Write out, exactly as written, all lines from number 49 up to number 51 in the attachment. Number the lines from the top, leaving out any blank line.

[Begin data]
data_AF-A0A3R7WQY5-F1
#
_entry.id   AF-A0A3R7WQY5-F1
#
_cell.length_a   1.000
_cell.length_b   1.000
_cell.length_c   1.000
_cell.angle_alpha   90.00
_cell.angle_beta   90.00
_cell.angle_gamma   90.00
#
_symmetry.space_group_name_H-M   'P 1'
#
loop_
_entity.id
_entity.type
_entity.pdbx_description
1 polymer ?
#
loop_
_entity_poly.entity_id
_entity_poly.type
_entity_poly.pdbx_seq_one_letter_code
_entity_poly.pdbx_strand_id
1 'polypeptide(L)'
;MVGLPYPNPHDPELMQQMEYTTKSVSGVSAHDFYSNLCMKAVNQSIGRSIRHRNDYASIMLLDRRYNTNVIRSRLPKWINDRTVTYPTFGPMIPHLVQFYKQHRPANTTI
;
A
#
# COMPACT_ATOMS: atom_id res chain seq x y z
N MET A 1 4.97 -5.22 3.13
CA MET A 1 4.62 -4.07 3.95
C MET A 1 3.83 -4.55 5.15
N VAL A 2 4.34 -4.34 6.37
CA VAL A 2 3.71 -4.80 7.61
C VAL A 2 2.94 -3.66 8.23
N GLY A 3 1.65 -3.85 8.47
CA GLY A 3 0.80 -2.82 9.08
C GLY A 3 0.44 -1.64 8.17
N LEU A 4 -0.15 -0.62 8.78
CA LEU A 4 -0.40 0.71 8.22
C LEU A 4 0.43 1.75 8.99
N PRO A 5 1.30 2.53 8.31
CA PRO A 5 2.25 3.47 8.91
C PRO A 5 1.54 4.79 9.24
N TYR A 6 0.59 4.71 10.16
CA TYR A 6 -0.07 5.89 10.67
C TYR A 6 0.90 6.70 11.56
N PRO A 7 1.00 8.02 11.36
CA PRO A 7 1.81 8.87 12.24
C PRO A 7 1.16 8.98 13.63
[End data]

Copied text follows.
N PRO A 7 1.00 8.02 11.36
CA PRO A 7 1.81 8.87 12.24
C PRO A 7 1.16 8.98 13.63